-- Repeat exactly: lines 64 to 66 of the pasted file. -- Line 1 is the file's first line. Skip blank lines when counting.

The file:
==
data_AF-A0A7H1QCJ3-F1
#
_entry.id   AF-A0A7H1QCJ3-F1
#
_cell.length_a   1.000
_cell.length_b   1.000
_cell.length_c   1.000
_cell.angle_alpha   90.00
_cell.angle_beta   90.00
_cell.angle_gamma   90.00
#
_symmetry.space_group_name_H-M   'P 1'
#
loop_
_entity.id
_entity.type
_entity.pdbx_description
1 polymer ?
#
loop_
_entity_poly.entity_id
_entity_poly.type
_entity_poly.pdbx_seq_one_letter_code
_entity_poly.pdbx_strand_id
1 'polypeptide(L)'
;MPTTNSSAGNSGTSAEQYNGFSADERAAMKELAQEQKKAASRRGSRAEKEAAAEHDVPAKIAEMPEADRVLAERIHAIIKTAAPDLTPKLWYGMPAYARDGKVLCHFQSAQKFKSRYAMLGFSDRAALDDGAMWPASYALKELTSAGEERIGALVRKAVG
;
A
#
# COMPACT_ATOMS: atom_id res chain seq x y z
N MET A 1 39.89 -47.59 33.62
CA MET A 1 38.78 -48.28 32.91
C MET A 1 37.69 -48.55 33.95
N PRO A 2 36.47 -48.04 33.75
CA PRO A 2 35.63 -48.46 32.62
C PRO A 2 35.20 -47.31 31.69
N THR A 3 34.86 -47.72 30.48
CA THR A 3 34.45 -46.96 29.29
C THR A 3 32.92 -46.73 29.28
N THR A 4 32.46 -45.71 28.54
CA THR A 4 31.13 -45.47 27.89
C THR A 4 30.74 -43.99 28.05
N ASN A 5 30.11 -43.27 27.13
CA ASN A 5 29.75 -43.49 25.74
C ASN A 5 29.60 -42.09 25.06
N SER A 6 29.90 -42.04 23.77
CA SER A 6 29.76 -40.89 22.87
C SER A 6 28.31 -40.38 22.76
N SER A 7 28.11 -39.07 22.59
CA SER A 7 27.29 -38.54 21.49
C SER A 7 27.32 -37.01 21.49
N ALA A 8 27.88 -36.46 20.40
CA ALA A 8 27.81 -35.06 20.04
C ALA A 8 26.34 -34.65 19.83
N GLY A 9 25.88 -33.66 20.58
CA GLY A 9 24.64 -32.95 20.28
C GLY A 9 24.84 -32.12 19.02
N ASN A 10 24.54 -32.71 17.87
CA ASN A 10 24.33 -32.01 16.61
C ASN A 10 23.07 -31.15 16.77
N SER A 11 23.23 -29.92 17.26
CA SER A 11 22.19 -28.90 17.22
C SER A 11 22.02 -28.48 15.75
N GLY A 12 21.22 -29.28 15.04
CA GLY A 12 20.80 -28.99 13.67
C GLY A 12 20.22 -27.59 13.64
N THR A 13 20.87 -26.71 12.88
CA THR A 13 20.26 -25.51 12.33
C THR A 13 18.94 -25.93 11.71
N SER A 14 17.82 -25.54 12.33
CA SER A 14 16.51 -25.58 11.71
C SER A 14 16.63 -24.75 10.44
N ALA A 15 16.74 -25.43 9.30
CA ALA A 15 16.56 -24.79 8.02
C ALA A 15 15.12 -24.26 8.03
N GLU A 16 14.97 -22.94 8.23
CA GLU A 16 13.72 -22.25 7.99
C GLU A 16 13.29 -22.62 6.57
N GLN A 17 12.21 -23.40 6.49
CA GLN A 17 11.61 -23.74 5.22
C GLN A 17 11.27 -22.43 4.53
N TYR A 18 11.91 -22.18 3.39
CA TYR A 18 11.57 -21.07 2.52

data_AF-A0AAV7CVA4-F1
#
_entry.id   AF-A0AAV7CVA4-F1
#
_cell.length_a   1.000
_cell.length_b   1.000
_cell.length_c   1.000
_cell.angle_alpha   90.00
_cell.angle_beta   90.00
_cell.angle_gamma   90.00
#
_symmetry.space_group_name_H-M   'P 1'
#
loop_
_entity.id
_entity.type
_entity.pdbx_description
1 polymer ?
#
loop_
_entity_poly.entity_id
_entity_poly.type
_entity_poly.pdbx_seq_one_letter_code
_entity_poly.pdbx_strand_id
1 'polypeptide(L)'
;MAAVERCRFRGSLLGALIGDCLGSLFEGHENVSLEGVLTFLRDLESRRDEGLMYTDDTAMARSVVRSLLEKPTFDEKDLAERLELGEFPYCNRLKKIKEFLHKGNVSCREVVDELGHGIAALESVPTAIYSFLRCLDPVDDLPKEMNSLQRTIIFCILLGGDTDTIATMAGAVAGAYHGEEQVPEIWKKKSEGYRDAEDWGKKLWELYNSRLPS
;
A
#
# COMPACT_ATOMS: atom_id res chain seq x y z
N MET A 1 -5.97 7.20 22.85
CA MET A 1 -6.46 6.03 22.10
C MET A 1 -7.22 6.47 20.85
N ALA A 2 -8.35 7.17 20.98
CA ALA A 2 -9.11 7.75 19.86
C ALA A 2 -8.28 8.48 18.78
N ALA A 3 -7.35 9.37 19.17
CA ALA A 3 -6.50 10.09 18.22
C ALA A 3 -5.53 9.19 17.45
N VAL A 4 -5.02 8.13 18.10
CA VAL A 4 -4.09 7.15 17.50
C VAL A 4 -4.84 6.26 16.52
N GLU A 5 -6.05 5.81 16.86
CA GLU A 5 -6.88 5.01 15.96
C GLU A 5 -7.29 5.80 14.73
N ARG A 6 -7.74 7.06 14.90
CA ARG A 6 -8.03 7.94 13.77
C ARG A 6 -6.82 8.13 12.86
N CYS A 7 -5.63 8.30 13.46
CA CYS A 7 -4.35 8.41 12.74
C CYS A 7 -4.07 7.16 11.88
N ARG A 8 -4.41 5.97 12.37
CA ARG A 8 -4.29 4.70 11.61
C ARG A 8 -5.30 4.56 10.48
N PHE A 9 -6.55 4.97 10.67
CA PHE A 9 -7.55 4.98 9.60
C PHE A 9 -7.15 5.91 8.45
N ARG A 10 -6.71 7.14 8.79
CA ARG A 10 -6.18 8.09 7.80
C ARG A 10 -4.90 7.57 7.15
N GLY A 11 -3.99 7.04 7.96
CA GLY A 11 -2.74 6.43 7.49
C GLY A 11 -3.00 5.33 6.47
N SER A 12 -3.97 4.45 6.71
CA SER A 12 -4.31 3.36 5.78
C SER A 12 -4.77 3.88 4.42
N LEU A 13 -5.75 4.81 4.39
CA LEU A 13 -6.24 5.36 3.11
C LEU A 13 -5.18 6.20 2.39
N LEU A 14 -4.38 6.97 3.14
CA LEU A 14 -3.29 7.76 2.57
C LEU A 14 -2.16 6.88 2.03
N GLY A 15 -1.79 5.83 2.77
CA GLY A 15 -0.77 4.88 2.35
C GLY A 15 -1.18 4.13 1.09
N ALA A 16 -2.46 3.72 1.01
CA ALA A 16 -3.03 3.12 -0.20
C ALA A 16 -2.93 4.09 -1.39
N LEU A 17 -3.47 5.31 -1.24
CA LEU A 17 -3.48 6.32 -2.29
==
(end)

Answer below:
N GLY A 12 21.22 -29.28 15.04
CA GLY A 12 20.80 -28.99 13.67
C GLY A 12 20.22 -27.59 13.64